The digital readership can fulfill a key purpose. With print, let us assume we have 2 to 3 million households with over $ 1,00,000 per annum in disposable income. Vogue does 60,000 copies. Which means, we’re reaching 3,00,000  or 3,50,000 people. The potential outside this is much, much more, including the Indian diaspora who are hungry for content from back home.

Part of the role that Vogue has played since its launch to demystify fashion, and this could be for a person from Chandigarh or wherever. We’re trying to find ways and means to find those people. While there is distribution in more than 100 towns, digital can spread the reach further.

From what streams do you expect the 25 per cent digital revenues?

We’ve just rolled out five apps. GQ on Blackberry had more than 2,40,000 downloads. We’ve created solutions like the Conde Nast Luxury Traveller Guide to India. We’re also looking at paid apps in the future. We’re looking at building our custom solutions.
In terms of revenue buckets, I believe traditional (banner and other) ads, video (online ad films) and custom solutions will contribute equally to the growth of the digital revenue pie.

Contract publishing, where we create original digital content, is also showing a lot of promise. Be it white label content, branded content or co-branded content, there is huge potential for original digital content. We’ve already done work in the space with Unilever (bebeautiful.com) and Mastercard.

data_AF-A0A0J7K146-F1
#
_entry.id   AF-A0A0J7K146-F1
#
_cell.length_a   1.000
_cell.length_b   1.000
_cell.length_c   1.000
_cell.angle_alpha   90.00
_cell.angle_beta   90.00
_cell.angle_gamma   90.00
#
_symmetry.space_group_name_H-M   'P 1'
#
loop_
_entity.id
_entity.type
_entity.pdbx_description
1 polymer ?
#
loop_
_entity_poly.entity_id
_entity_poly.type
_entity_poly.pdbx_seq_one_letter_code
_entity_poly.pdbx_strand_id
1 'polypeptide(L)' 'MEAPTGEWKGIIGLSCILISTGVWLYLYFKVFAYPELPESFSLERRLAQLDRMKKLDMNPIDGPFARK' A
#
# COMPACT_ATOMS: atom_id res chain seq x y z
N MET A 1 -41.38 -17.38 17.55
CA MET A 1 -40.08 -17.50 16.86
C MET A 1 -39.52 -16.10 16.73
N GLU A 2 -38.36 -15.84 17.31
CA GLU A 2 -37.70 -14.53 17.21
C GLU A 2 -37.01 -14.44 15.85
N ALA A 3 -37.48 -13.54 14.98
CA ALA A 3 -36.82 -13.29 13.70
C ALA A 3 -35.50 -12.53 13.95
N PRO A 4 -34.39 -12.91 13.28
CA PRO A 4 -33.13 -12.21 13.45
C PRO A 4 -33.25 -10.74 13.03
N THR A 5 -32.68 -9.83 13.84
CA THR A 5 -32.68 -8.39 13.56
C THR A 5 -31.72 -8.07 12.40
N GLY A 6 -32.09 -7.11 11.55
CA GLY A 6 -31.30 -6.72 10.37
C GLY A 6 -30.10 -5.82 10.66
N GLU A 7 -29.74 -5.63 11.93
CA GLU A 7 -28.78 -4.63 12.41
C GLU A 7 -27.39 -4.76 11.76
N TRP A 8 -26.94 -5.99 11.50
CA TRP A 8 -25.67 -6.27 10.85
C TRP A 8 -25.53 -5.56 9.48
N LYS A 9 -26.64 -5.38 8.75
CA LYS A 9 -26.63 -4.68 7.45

I’m not including in these buckets revenue from Tablets – be it subscription revenues, advertising or sponsors. In terms of content, in audited markets, 80 per cent of the magazine’s content should be in the Tablet version. So, for advertising, we carry the ads for free if nothing is done to it, but if they have a URL and you have to make the link hot, we charge a fee; it gets higher depending on whether you want to add interactivity or a video and so on.

So it’s the same content, by and large, delivering more eyeballs and monetisation.

Which are the advertiser categories that are contributing the most to print revenues?

Fashion is still the biggest category, contributing 50 per cent to our revenue. Luxury real estate is emerging as a key new category, and it is largely domestic. There’s automobile; jewellery, 95 per cent of which is domestic brands; and watches (100 per cent international brands).

Is there an overlap of digital and print advertisers? Is luxury still print-led?

Globally, luxury brands spend over 70 per cent of their budgets on print. Television doesn’t work for them. Print comes closest to the luxury experience. Digital still doesn’t deliver the touch and feel. It’s pretty much the same here in India.

Four magazines now; any gaps in the portfolio you would want to address?

We have 200 people and four magazines. And every part of the luxury space is covered at this point.

We’re commanding the attention of more than a million affluent eyeballs. We’re looking to innovate within this, work on brand briefs to create cut through solutions.

We’ve worked on positioning the group as a one-stop shop for luxury brands. This is the time, I think, for us to ring fence our business; to make it tougher for others to come in.

Source:
Campaign India